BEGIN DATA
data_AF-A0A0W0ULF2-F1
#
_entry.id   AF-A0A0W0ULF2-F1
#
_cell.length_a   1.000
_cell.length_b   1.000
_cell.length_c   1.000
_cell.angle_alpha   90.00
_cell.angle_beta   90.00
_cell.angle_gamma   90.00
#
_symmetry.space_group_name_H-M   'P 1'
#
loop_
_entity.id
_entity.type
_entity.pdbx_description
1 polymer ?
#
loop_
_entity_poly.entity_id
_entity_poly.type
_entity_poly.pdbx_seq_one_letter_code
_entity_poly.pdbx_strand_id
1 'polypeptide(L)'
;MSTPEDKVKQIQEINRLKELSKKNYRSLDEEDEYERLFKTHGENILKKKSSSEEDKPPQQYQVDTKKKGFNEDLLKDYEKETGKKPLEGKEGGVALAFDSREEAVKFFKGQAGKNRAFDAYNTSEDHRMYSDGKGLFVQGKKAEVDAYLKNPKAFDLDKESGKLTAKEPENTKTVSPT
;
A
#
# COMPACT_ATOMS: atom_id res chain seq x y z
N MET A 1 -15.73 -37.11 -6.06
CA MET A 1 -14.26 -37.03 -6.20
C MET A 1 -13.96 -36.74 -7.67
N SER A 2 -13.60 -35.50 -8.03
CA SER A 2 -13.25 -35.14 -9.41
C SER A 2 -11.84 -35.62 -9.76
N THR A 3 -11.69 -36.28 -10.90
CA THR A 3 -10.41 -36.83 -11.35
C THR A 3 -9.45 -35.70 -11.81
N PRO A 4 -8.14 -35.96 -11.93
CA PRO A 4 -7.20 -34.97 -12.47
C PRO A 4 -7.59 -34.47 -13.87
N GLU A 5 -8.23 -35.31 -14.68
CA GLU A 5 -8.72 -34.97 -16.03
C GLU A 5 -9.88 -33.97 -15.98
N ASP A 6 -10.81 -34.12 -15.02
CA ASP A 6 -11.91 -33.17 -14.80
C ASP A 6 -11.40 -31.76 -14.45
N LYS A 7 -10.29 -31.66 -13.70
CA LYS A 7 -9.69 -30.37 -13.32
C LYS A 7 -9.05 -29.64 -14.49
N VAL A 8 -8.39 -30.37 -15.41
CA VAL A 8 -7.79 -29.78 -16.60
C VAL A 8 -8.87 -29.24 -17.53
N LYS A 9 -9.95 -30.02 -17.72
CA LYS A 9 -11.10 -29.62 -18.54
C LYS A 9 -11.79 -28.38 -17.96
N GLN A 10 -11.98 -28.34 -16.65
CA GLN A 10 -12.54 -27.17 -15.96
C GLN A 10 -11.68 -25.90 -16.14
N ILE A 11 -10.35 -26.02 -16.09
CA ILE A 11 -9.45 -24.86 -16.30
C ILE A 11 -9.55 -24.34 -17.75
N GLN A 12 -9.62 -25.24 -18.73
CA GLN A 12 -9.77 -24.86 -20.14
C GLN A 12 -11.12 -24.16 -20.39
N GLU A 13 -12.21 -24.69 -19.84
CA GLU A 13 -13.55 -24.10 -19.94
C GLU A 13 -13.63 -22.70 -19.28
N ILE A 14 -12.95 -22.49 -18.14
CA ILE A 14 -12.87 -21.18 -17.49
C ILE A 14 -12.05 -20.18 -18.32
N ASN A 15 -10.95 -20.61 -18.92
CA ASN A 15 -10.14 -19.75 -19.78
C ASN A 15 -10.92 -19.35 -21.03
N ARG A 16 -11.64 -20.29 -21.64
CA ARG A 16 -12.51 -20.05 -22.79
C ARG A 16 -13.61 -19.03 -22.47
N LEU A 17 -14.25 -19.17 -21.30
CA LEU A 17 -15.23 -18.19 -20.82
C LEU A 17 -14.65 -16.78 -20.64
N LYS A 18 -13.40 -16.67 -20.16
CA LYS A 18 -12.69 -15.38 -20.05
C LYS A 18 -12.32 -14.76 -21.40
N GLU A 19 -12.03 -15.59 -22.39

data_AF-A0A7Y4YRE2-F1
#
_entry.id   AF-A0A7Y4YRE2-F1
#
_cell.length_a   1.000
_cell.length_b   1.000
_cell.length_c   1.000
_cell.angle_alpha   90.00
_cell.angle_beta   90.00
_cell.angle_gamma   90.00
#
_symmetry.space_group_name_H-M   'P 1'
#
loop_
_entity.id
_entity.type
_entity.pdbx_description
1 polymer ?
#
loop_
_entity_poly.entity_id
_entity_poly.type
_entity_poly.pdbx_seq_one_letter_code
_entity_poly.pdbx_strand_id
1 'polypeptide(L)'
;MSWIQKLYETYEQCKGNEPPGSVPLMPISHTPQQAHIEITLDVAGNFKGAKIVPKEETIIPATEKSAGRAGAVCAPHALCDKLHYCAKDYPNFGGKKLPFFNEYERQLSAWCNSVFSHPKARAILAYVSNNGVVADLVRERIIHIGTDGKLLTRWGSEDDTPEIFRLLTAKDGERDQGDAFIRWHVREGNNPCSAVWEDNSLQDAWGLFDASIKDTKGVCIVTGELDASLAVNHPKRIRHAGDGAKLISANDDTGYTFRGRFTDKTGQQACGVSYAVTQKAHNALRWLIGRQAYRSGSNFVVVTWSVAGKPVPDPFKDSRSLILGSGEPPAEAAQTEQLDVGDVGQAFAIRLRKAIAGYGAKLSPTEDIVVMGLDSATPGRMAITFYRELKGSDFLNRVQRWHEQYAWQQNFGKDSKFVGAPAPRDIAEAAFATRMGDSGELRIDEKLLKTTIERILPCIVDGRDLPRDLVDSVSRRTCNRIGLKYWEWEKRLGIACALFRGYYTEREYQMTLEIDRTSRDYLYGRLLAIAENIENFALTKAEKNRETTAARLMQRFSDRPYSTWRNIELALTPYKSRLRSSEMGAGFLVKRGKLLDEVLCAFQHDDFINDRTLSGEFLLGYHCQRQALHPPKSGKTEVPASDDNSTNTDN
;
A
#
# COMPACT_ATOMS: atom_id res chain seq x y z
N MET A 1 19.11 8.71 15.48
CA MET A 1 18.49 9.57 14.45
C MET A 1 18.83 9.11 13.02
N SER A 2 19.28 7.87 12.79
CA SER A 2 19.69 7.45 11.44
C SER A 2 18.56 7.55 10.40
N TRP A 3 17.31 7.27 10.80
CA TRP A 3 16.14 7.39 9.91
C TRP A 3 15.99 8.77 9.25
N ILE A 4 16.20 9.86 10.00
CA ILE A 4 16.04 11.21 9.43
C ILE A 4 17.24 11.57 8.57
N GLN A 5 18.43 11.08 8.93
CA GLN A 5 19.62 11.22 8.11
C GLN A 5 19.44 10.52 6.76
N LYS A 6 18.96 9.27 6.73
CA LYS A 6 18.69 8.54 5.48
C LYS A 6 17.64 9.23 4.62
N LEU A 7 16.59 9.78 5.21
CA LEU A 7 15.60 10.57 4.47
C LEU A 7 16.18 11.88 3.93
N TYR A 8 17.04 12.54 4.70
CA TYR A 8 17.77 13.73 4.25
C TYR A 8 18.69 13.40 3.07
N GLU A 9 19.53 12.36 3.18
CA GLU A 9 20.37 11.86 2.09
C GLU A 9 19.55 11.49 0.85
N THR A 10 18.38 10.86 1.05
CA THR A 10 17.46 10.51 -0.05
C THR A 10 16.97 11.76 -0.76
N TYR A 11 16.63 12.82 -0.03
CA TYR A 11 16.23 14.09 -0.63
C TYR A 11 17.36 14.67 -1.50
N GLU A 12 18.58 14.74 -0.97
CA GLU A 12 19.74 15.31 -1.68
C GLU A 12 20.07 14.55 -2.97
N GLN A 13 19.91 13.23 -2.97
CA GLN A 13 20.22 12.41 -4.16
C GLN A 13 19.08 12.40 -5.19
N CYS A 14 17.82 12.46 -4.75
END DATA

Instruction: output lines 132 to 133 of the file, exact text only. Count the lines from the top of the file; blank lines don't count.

CA LYS A 6 18.69 8.54 5.48
C LYS A 6 17.64 9.23 4.62